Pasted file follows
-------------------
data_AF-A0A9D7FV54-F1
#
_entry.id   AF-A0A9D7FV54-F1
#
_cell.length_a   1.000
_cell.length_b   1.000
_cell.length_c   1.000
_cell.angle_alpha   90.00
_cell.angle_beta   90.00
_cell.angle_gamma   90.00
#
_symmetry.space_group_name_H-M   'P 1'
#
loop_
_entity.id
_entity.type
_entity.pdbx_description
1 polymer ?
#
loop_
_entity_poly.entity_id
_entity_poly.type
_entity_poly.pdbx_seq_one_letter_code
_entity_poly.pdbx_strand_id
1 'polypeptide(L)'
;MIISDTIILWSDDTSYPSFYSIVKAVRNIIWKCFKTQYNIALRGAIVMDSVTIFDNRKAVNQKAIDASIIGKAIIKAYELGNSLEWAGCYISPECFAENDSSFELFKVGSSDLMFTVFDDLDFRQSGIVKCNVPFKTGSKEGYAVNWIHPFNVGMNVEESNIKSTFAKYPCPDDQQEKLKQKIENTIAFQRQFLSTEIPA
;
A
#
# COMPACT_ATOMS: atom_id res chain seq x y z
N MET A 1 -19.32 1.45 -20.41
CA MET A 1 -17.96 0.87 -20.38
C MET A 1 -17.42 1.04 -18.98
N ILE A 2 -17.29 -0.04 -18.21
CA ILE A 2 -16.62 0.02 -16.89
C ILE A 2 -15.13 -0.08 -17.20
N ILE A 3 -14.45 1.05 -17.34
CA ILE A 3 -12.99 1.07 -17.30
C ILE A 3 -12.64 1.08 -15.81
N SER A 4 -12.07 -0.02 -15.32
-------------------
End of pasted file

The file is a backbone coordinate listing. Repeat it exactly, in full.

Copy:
data_AF-A0A9D7FV54-F1
#
_entry.id   AF-A0A9D7FV54-F1
#
_cell.length_a   1.000
_cell.length_b   1.000
_cell.length_c   1.000
_cell.angle_alpha   90.00
_cell.angle_beta   90.00
_cell.angle_gamma   90.00
#
_symmetry.space_group_name_H-M   'P 1'
#
loop_
_entity.id
_entity.type
_entity.pdbx_description
1 polymer ?
#
loop_
_entity_poly.entity_id
_entity_poly.type
_entity_poly.pdbx_seq_one_letter_code
_entity_poly.pdbx_strand_id
1 'polypeptide(L)'
;MIISDTIILWSDDTSYPSFYSIVKAVRNIIWKCFKTQYNIALRGAIVMDSVTIFDNRKAVNQKAIDASIIGKAIIKAYELGNSLEWAGCYISPECFAENDSSFELFKVGSSDLMFTVFDDLDFRQSGIVKCNVPFKTGSKEGYAVNWIHPFNVGMNVEESNIKSTFAKYPCPDDQQEKLKQKIENTIAFQRQFLSTEIPA
;
A
#
# COMPACT_ATOMS: atom_id res chain seq x y z
N MET A 1 -19.32 1.45 -20.41
CA MET A 1 -17.96 0.87 -20.38
C MET A 1 -17.42 1.04 -18.98
N ILE A 2 -17.29 -0.04 -18.21
CA ILE A 2 -16.62 0.02 -16.89
C ILE A 2 -15.13 -0.08 -17.20
N ILE A 3 -14.45 1.05 -17.34
CA ILE A 3 -12.99 1.07 -17.30
C ILE A 3 -12.64 1.08 -15.81
N SER A 4 -12.07 -0.02 -15.32